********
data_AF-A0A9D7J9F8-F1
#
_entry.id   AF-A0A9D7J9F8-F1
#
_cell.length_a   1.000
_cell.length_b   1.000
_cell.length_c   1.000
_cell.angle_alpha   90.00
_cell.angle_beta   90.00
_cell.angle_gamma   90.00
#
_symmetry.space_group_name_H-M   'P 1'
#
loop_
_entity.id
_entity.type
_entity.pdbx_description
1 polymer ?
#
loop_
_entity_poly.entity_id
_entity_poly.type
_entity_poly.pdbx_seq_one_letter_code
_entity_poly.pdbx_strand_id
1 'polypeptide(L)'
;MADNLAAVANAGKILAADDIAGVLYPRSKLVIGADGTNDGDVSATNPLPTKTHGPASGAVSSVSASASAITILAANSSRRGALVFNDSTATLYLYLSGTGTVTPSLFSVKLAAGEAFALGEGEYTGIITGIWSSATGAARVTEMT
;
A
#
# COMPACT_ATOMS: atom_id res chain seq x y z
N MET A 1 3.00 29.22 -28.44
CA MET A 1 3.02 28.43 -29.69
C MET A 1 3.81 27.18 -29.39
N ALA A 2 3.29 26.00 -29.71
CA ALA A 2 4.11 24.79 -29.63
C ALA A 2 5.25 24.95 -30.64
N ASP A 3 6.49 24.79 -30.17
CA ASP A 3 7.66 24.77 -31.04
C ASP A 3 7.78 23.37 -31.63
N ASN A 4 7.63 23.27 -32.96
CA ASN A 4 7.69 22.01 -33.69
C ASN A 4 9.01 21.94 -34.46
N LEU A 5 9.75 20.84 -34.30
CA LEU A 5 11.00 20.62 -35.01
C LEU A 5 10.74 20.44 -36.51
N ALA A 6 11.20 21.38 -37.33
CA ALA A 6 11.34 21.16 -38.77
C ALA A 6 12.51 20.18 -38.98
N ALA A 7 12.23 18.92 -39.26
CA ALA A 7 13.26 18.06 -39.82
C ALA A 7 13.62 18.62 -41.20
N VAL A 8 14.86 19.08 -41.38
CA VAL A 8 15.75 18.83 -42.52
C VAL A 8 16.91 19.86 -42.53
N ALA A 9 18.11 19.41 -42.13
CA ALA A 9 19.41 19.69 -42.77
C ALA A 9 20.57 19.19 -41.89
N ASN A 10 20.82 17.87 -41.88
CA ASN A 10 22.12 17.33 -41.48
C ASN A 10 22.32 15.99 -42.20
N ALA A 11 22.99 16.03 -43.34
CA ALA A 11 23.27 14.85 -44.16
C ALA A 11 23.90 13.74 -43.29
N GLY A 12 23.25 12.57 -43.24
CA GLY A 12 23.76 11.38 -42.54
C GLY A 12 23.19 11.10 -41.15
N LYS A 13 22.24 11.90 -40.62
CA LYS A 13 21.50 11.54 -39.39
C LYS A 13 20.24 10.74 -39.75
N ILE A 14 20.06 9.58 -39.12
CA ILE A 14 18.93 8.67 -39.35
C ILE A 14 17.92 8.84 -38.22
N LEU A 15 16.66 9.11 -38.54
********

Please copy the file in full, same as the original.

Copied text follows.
data_AF-A0A9D7J9F8-F1
#
_entry.id   AF-A0A9D7J9F8-F1
#
_cell.length_a   1.000
_cell.length_b   1.000
_cell.length_c   1.000
_cell.angle_alpha   90.00
_cell.angle_beta   90.00
_cell.angle_gamma   90.00
#
_symmetry.space_group_name_H-M   'P 1'
#
loop_
_entity.id
_entity.type
_entity.pdbx_description
1 polymer ?
#
loop_
_entity_poly.entity_id
_entity_poly.type
_entity_poly.pdbx_seq_one_letter_code
_entity_poly.pdbx_strand_id
1 'polypeptide(L)'
;MADNLAAVANAGKILAADDIAGVLYPRSKLVIGADGTNDGDVSATNPLPTKTHGPASGAVSSVSASASAITILAANSSRRGALVFNDSTATLYLYLSGTGTVTPSLFSVKLAAGEAFALGEGEYTGIITGIWSSATGAARVTEMT
;
A
#
# COMPACT_ATOMS: atom_id res chain seq x y z
N MET A 1 3.00 29.22 -28.44
CA MET A 1 3.02 28.43 -29.69
C MET A 1 3.81 27.18 -29.39
N ALA A 2 3.29 26.00 -29.71
CA ALA A 2 4.11 24.79 -29.63
C ALA A 2 5.25 24.95 -30.64
N ASP A 3 6.49 24.79 -30.17
CA ASP A 3 7.66 24.77 -31.04
C ASP A 3 7.78 23.37 -31.63
N ASN A 4 7.63 23.27 -32.96
CA ASN A 4 7.69 22.01 -33.69
C ASN A 4 9.01 21.94 -34.46
N LEU A 5 9.75 20.84 -34.30
CA LEU A 5 11.00 20.62 -35.01
C LEU A 5 10.74 20.44 -36.51
N ALA A 6 11.20 21.38 -37.33
CA ALA A 6 11.34 21.16 -38.77
C ALA A 6 12.51 20.18 -38.98
N ALA A 7 12.23 18.92 -39.26
CA ALA A 7 13.26 18.06 -39.82
C ALA A 7 13.62 18.62 -41.20
N VAL A 8 14.86 19.08 -41.38
CA VAL A 8 15.75 18.83 -42.52
C VAL A 8 16.91 19.86 -42.53
N ALA A 9 18.11 19.41 -42.13
CA ALA A 9 19.41 19.69 -42.77
C ALA A 9 20.57 19.19 -41.89
N ASN A 10 20.82 17.87 -41.88
CA ASN A 10 22.12 17.33 -41.48
C ASN A 10 22.32 15.99 -42.20
N ALA A 11 22.99 16.03 -43.34
CA ALA A 11 23.27 14.85 -44.16
C ALA A 11 23.90 13.74 -43.29
N GLY A 12 23.25 12.57 -43.24
CA GLY A 12 23.76 11.38 -42.54
C GLY A 12 23.19 11.10 -41.15
N LYS A 13 22.24 11.90 -40.62
CA LYS A 13 21.50 11.54 -39.39
C LYS A 13 20.24 10.74 -39.75
N ILE A 14 20.06 9.58 -39.12
CA ILE A 14 18.93 8.67 -39.35
C ILE A 14 17.92 8.84 -38.22
N LEU A 15 16.66 9.11 -38.54